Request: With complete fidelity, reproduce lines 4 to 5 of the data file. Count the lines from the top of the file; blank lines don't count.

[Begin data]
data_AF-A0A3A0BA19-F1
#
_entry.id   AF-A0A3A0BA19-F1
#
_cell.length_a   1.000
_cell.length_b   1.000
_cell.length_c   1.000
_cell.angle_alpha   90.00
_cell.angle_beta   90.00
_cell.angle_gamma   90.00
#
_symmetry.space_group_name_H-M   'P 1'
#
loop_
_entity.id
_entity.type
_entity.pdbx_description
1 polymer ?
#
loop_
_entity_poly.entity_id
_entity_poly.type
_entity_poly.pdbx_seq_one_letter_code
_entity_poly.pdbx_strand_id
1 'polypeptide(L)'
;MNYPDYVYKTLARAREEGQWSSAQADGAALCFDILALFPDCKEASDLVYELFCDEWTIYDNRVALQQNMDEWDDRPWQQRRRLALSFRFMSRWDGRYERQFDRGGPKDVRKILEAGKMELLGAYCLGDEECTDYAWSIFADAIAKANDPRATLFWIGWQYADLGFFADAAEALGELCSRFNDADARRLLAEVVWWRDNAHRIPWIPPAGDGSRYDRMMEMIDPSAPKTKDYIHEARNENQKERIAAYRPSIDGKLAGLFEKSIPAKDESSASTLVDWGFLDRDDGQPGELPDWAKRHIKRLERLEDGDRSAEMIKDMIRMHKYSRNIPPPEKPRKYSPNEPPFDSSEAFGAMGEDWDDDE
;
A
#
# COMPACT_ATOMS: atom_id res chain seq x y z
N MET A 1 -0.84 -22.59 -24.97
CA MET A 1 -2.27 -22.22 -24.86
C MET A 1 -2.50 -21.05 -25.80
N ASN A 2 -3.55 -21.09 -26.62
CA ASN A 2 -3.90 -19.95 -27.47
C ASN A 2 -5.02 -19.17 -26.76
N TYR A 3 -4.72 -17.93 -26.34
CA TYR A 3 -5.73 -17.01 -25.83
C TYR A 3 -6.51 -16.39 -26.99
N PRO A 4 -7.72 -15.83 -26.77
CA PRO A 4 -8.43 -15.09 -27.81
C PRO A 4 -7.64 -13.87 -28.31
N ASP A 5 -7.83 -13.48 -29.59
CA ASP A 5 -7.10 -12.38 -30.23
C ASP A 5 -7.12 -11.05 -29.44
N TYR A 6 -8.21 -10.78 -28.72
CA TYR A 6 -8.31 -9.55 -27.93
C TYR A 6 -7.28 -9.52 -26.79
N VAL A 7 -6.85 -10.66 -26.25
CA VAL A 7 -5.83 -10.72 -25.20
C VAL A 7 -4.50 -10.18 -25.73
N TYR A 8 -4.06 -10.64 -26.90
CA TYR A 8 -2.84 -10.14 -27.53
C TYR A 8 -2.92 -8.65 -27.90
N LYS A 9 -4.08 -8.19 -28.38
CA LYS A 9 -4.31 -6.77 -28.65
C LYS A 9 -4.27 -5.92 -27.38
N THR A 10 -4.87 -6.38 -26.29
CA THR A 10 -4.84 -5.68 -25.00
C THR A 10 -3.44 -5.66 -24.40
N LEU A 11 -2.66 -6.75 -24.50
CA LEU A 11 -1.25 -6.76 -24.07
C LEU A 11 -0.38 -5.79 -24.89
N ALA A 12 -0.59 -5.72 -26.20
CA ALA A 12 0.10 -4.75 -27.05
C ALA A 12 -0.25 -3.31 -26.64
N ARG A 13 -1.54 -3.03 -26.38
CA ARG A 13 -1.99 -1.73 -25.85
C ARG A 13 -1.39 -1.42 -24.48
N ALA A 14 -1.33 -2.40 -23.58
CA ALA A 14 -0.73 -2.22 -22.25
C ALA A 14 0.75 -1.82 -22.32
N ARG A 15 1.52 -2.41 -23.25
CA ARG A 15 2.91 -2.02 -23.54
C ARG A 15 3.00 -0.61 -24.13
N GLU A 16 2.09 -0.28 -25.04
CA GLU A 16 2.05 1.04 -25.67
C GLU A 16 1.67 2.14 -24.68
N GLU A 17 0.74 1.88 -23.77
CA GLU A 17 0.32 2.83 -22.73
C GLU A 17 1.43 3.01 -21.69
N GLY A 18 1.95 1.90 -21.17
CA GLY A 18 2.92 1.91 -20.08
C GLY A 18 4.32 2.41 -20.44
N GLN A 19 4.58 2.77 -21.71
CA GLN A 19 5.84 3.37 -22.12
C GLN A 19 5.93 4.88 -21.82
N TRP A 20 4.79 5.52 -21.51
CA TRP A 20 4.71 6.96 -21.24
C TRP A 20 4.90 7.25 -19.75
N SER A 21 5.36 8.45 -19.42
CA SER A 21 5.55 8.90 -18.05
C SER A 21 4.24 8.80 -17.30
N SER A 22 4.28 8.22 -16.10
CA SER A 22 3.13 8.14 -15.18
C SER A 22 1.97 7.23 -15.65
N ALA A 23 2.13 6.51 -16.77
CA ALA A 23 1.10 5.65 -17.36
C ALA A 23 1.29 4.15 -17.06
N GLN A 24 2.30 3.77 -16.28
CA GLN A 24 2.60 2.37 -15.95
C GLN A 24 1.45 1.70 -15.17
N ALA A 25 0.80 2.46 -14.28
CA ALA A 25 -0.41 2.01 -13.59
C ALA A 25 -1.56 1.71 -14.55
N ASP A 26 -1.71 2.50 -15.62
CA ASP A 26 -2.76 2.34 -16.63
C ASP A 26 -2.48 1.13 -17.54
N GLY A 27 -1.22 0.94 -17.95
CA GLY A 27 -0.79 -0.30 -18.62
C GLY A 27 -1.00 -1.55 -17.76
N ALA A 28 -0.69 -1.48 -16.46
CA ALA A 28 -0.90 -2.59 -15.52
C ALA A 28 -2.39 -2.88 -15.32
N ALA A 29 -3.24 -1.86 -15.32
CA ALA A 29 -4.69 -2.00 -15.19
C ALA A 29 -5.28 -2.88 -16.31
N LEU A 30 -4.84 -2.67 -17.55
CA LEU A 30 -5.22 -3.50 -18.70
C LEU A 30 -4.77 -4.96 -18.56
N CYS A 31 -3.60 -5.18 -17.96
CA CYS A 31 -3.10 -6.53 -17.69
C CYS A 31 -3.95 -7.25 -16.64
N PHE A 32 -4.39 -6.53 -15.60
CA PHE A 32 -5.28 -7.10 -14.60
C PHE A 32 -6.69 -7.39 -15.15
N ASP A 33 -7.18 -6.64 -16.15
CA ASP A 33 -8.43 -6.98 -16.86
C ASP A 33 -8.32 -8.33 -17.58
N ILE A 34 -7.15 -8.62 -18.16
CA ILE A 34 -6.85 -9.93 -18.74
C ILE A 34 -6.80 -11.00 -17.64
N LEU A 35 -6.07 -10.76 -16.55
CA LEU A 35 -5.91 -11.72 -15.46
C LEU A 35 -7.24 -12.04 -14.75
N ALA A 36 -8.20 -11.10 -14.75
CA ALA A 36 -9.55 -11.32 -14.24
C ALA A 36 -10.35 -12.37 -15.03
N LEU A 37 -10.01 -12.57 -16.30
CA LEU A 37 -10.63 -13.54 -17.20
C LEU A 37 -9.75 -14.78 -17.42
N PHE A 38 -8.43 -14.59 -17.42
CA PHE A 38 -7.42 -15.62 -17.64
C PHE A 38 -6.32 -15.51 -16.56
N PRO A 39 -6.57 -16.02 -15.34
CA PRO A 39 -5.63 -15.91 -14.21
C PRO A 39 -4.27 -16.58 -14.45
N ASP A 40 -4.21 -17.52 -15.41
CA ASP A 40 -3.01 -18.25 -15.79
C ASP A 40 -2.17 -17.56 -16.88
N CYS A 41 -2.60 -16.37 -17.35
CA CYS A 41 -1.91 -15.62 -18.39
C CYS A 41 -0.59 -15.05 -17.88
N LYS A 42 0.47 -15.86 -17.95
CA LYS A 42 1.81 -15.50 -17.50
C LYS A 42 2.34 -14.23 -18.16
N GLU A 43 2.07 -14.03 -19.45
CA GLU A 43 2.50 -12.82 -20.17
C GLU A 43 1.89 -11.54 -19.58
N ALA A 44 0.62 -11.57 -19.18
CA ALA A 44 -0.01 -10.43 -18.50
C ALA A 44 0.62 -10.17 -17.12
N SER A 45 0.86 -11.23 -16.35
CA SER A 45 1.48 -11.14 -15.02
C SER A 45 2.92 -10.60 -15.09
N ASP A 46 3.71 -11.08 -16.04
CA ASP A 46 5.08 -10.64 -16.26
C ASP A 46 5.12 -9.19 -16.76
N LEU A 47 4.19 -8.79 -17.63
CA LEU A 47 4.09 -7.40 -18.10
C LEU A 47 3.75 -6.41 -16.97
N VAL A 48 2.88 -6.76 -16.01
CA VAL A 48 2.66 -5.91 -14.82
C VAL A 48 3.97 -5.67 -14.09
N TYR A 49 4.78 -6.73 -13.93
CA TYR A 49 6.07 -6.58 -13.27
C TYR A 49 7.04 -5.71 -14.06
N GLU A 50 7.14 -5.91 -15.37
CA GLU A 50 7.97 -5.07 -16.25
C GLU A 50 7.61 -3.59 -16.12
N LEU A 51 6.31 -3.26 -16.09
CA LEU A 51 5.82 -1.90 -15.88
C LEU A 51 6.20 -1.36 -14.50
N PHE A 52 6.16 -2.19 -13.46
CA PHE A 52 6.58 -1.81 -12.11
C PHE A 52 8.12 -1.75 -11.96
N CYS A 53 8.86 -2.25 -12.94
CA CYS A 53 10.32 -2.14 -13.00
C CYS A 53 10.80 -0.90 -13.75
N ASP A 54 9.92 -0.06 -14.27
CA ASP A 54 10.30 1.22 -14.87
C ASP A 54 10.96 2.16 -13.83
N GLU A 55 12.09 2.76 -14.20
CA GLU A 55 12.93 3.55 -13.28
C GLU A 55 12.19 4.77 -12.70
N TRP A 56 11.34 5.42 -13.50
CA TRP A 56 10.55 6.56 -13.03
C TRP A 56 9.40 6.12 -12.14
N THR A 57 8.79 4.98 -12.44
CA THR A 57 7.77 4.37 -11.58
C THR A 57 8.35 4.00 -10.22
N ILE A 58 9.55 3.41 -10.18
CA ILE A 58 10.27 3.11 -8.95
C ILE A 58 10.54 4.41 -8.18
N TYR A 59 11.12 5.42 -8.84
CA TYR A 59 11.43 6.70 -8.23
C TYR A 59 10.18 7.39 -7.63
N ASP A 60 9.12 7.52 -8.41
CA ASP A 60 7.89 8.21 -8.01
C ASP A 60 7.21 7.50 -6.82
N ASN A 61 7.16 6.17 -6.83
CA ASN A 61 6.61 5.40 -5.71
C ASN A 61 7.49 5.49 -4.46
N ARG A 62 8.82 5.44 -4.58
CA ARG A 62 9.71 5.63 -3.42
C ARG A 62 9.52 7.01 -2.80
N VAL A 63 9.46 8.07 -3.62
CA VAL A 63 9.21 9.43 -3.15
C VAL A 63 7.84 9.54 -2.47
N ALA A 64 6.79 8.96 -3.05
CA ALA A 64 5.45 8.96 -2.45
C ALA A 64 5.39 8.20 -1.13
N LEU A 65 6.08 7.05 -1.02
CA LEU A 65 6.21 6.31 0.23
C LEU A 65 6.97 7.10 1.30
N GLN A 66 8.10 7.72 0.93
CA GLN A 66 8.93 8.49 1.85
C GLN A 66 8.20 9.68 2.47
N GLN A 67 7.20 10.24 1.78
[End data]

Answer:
#
_cell.length_a   1.000